Farmers in Iowa have to feel quite good about how the last two week’s weather has turned out.
It wasn’t too long ago that we were still wearing heavy clothing and watching the rains arrive on a daily basis, hoping that they would subside in time and long enough that we could get most of the crops planted within the “optimum window” and then hope for the best.
That occurred starting about two weeks ago and has lasted since then. Every farmer put in the long hours required as we knew they would, and now the statewide percentage planted is now on par with previous years.
The published tally told that 51 percent of the expected crop was planted last week and we will build on that figure this week.
For many farmers in central Iowa last week marked the time for planting corn while this week was meant for dealing with soybeans.
Based on reports from across the country the central part of the Midwest seems to have made the most planting progress.
Much of Minnesota got hit by heavy rains early this week and has not made much progress yet.
Northern Missouri is in good shape, but the southern part is wet. Much of the eastern Corn Belt remains too wet from record April rainfall. Now we are getting to see many low-lying acres in the southern Mississippi waterway get covered with water, either destroying the crops or subjecting those acres to delayed or prevented planting.
That is not a good omen for those hoping for record row crop acres to be planted.
Did everyone get to enjoy one of the earliest 92-degree days as we had Tuesday? It was surprising how such a small mass of air that superheated could move across the state and leave its mark.
Hopefully this heat burst is not a harbinger of similarly hot weather for the rest of the summer. 84 degrees is as warm as it needs to get for human comfort.
Acres and grain supply
There is still no one answering as to where all of those extra acres are supposed to come from.
From within the area I travel through there were a few pastures and odd acres that got tiled, tilled and planted this spring, but nowhere near the quantity needed to build the huge added acre tally published by the USDA.
Much of the Texas south country missed their corn planting window due to drought and now the acres up in the Dakotas and in the Delta could be lost to flooding or added as prevented planting.
Now if the pipeline supply is as low as or lower than published, the ethanol plants hired better grain buyers and have pre-bought their grain supplies, and there is very little early corn early supply what segment of the grain usage community gets left out late this summer?
It could be interesting and costly for those segments of the food chain.
Most of the growers who were able to get a few acres planted during the warm spell three week ago have had some degree of nervousness as to the condition of those seeds and seedlings.
Were they going to stay firm and healthy or were they going to turn to mush? We will soon find out what is due to happen.
A few who have done their digging have found seedlings that seem to be suffering from being trapped by a crust and is in need of being hoed.
I have seen some of the first acres where the small seedlings are now about an inch tall and looking good.
So in the next week each of those early-planted fields will need to be scouted to see what is happening with those small plants.
If they need help with any crusting, then the decision about what to do will depend on expected rainfall, soil conditions and condition of the hypocotyls.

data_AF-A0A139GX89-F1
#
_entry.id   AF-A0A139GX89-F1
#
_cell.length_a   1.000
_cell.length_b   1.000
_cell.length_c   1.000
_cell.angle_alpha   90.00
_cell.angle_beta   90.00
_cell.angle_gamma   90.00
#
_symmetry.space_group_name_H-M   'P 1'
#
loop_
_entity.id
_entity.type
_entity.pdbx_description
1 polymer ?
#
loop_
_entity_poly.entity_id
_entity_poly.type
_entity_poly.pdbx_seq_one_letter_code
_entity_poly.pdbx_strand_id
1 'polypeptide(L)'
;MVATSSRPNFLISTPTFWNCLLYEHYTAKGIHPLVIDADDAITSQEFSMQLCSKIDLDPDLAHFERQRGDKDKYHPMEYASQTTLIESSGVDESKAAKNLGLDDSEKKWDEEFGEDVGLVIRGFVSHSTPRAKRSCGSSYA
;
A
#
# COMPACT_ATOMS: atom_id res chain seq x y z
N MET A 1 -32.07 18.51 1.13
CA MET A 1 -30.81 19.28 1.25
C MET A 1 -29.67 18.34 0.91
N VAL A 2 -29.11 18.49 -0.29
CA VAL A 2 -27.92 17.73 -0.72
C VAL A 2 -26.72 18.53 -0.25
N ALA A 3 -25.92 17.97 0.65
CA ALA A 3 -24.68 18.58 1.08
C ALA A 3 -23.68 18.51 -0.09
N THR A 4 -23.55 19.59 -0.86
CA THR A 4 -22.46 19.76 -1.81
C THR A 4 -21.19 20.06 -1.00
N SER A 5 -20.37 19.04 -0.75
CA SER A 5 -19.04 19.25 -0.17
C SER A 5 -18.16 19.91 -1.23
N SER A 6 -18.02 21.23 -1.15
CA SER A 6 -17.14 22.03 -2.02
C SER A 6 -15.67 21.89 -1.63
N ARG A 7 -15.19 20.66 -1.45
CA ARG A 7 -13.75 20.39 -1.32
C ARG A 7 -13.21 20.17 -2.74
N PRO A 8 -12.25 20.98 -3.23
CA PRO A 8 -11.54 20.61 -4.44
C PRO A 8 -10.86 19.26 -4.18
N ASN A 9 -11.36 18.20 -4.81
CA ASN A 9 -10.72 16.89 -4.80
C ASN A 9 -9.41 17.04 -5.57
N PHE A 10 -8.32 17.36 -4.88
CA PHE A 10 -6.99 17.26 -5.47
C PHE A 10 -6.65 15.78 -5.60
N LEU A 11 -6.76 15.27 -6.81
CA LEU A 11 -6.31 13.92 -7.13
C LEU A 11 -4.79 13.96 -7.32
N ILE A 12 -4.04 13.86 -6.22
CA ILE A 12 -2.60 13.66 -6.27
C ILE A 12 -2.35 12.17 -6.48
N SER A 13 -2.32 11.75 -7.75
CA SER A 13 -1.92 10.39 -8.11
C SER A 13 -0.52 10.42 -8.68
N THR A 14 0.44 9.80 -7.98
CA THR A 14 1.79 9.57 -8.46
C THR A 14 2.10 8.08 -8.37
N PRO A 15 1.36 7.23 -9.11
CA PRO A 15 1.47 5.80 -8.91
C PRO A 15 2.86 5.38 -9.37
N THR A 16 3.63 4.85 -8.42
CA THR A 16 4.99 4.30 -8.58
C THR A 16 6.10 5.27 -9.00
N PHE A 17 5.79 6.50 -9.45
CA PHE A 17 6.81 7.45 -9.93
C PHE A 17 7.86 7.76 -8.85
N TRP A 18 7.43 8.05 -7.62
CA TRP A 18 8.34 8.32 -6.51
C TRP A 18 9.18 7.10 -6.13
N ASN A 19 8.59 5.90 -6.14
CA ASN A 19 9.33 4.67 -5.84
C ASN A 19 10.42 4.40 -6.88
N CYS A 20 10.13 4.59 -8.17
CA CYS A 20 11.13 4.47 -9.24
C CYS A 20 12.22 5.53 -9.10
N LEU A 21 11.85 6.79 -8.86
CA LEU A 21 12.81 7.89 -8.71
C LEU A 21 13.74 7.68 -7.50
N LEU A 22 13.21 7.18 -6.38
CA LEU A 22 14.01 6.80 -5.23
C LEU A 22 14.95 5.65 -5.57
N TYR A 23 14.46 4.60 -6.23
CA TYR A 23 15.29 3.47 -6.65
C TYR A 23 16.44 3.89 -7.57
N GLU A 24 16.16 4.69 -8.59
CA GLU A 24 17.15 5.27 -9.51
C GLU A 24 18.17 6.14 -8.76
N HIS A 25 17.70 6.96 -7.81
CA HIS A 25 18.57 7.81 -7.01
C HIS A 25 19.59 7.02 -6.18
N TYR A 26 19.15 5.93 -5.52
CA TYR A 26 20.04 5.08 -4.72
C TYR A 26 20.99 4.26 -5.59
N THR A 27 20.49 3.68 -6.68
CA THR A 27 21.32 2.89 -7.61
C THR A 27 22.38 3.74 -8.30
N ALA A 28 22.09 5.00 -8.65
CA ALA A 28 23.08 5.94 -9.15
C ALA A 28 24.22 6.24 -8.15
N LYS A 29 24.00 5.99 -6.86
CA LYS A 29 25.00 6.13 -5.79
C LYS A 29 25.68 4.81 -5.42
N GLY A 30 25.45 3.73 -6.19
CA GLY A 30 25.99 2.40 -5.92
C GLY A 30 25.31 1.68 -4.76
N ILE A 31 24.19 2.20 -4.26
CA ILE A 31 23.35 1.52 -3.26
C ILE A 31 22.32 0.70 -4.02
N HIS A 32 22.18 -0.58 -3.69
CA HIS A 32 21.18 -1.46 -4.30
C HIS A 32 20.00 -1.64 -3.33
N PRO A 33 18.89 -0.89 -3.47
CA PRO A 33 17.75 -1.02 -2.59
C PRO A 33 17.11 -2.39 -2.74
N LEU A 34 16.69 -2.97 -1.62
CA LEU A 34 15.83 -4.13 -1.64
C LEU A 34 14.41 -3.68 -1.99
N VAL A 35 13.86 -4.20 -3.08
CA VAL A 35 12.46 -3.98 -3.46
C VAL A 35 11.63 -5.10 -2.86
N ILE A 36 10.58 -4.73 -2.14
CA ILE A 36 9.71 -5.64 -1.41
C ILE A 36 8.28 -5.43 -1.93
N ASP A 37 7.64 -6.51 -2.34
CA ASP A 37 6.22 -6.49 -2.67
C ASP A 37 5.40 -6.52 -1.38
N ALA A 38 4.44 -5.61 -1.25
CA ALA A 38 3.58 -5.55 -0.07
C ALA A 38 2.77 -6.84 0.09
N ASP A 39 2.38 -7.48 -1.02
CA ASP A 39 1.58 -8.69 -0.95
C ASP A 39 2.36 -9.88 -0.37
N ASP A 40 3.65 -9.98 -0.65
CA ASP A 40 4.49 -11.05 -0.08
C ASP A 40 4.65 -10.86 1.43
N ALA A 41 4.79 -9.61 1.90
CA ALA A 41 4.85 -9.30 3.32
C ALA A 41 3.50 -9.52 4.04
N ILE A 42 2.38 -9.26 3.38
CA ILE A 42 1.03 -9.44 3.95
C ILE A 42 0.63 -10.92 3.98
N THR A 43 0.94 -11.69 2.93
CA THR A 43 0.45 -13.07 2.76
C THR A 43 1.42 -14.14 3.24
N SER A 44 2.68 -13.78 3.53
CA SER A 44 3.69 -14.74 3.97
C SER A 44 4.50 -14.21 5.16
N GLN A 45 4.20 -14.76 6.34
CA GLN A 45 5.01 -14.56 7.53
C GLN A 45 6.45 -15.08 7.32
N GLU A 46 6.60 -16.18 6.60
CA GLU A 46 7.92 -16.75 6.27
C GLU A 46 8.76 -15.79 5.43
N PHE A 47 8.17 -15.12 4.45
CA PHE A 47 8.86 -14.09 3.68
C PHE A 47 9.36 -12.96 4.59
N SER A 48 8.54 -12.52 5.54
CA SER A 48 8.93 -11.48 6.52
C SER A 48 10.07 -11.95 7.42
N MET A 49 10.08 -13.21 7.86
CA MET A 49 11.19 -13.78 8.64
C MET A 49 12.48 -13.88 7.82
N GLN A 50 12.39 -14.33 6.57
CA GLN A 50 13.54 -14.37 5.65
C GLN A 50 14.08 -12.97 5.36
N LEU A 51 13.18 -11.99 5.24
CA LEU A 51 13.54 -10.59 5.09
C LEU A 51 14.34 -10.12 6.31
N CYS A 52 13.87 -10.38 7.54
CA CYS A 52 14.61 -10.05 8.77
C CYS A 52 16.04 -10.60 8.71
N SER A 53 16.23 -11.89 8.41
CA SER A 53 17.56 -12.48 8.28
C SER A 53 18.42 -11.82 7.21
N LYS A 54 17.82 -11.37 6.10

To hoe or not to hoe
If we get the conditions that promote the formation of a heavy soil crust and the little spikes get held under the soil or begin to leaf out, it will be important to find the problem early and either get rain before the spike unfurls or be ready with a hoe and get the job done while there is still push to the seedling.
In the recent seasons more growers have been seeing plants that were forming loops underneath the soil instead of heading to the surface.
Emerged weeds, grass
In areas of the state where no-till farming rules most of the growers try to get their residual herbicides on prior to weed and grass emergence.
That didn’t always happen as planned due to the wet weather, leaving growers trying to come up with their own mixes that would work on a post-emerge basis.
What seems to be happening more is that growers have been putting together witches brews of different conventional products that should do the job.
The same mix is then expected to offer residual weed control at least through late July or early August.
Unless the soils get very wet we should see most of the soybeans planted on time.
That should help on overall yields by allowing the time to get the plants to form the higher number of podded nodes needed.
With high soybean prices and the acknowledgement and proof by top growers who have generated top yield that such added steps do work, soybean growers may have to realize that once the beans are in the ground and have emerged the real work starts.
What they should do to maximize branching, flowering, pod retention and grain fill is be working on such information and follow through as the return will be there this year.
The question about the perfect row width for soybeans came up at several winter meetings.
The perfect answer might not exist as several different factors and requirements exist for each field.
One demonstration seems to indicate that twin rows on 30 inches optimizes sunlight infiltration and conversion, while eliminating dead air lowering of CO2 levels that are detrimental to C3 plants that can happen.
Solid seeded, or 15-inch rows fit the need to cover soils more prone to erosion, but 30-inch rows can produce as high, or higher, yields if they can be promoted to branch more.
Bob Streit is an independent crop consultant and columnist for Farm News. He can be reached at (515) 709-0143.
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